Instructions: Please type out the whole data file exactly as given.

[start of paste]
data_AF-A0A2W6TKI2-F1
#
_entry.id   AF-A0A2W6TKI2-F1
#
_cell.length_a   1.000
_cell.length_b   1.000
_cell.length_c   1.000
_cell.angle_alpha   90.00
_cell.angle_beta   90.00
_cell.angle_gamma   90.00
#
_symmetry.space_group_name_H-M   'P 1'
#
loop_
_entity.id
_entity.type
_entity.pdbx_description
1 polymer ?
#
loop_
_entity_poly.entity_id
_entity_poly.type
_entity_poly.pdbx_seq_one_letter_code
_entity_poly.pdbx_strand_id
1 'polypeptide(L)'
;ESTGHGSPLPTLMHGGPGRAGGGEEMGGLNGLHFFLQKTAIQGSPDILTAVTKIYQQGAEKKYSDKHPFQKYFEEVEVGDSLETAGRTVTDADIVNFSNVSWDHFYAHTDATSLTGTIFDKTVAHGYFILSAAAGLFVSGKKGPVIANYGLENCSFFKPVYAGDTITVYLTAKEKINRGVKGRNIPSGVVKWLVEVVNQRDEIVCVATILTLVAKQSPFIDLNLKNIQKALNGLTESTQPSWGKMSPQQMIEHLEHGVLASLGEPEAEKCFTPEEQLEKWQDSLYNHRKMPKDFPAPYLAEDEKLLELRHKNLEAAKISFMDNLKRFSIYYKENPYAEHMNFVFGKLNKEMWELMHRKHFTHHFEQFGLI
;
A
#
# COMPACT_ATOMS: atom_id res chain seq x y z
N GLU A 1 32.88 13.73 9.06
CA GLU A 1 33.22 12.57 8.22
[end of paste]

data_AF-A0A2W6TKI2-F1
#
_entry.id   AF-A0A2W6TKI2-F1
#
_cell.length_a   1.000
_cell.length_b   1.000
_cell.length_c   1.000
_cell.angle_alpha   90.00
_cell.angle_beta   90.00
_cell.angle_gamma   90.00
#
_symmetry.space_group_name_H-M   'P 1'
#
loop_
_entity.id
_entity.type
_entity.pdbx_description
1 polymer ?
#
loop_
_entity_poly.entity_id
_entity_poly.type
_entity_poly.pdbx_seq_one_letter_code
_entity_poly.pdbx_strand_id
1 'polypeptide(L)'
;ESTGHGSPLPTLMHGGPGRAGGGEEMGGLNGLHFFLQKTAIQGSPDILTAVTKIYQQGAEKKYSDKHPFQKYFEEVEVGDSLETAGRTVTDADIVNFSNVSWDHFYAHTDATSLTGTIFDKTVAHGYFILSAAAGLFVSGKKGPVIANYGLENCSFFKPVYAGDTITVYLTAKEKINRGVKGRNIPSGVVKWLVEVVNQRDEIVCVATILTLVAKQSPFIDLNLKNIQKALNGLTESTQPSWGKMSPQQMIEHLEHGVLASLGEPEAEKCFTPEEQLEKWQDSLYNHRKMPKDFPAPYLAEDEKLLELRHKNLEAAKISFMDNLKRFSIYYKENPYAEHMNFVFGKLNKEMWELMHRKHFTHHFEQFGLI
;
A
#
# COMPACT_ATOMS: atom_id res chain seq x y z
N GLU A 1 32.88 13.73 9.06
CA GLU A 1 33.22 12.57 8.22